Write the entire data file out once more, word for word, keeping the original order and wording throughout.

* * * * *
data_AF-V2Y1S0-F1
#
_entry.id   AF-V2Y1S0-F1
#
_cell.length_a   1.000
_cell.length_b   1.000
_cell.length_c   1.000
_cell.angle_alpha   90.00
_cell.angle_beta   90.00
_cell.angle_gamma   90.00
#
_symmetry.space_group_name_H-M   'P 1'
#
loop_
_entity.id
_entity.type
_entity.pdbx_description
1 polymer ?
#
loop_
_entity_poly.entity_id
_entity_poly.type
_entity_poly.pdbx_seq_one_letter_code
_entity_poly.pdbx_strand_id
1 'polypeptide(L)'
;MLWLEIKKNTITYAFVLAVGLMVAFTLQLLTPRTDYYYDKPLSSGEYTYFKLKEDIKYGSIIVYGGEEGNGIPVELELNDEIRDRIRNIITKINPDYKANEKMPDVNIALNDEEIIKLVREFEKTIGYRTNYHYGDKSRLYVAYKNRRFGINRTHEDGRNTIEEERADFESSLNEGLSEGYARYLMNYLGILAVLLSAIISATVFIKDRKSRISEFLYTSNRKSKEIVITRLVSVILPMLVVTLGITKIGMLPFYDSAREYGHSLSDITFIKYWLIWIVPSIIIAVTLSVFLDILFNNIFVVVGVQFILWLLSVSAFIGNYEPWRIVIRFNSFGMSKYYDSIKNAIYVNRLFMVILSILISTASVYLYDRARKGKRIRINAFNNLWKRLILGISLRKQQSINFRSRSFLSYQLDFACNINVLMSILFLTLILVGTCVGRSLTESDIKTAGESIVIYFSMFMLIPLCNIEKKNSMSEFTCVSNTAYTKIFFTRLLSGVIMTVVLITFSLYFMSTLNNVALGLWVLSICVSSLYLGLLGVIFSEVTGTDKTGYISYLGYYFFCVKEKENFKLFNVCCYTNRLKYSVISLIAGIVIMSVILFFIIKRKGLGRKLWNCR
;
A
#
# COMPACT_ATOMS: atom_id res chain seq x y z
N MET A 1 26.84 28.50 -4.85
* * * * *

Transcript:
data_AF-V2Y1S0-F1
#
_entry.id   AF-V2Y1S0-F1
#
_cell.length_a   1.000
_cell.length_b   1.000
_cell.length_c   1.000
_cell.angle_alpha   90.00
_cell.angle_beta   90.00
_cell.angle_gamma   90.00
#
_symmetry.space_group_name_H-M   'P 1'
#
loop_
_entity.id
_entity.type
_entity.pdbx_description
1 polymer ?
#
loop_
_entity_poly.entity_id
_entity_poly.type
_entity_poly.pdbx_seq_one_letter_code
_entity_poly.pdbx_strand_id
1 'polypeptide(L)'
;MLWLEIKKNTITYAFVLAVGLMVAFTLQLLTPRTDYYYDKPLSSGEYTYFKLKEDIKYGSIIVYGGEEGNGIPVELELNDEIRDRIRNIITKINPDYKANEKMPDVNIALNDEEIIKLVREFEKTIGYRTNYHYGDKSRLYVAYKNRRFGINRTHEDGRNTIEEERADFESSLNEGLSEGYARYLMNYLGILAVLLSAIISATVFIKDRKSRISEFLYTSNRKSKEIVITRLVSVILPMLVVTLGITKIGMLPFYDSAREYGHSLSDITFIKYWLIWIVPSIIIAVTLSVFLDILFNNIFVVVGVQFILWLLSVSAFIGNYEPWRIVIRFNSFGMSKYYDSIKNAIYVNRLFMVILSILISTASVYLYDRARKGKRIRINAFNNLWKRLILGISLRKQQSINFRSRSFLSYQLDFACNINVLMSILFLTLILVGTCVGRSLTESDIKTAGESIVIYFSMFMLIPLCNIEKKNSMSEFTCVSNTAYTKIFFTRLLSGVIMTVVLITFSLYFMSTLNNVALGLWVLSICVSSLYLGLLGVIFSEVTGTDKTGYISYLGYYFFCVKEKENFKLFNVCCYTNRLKYSVISLIAGIVIMSVILFFIIKRKGLGRKLWNCR
;
A
#
# COMPACT_ATOMS: atom_id res chain seq x y z
N MET A 1 26.84 28.50 -4.85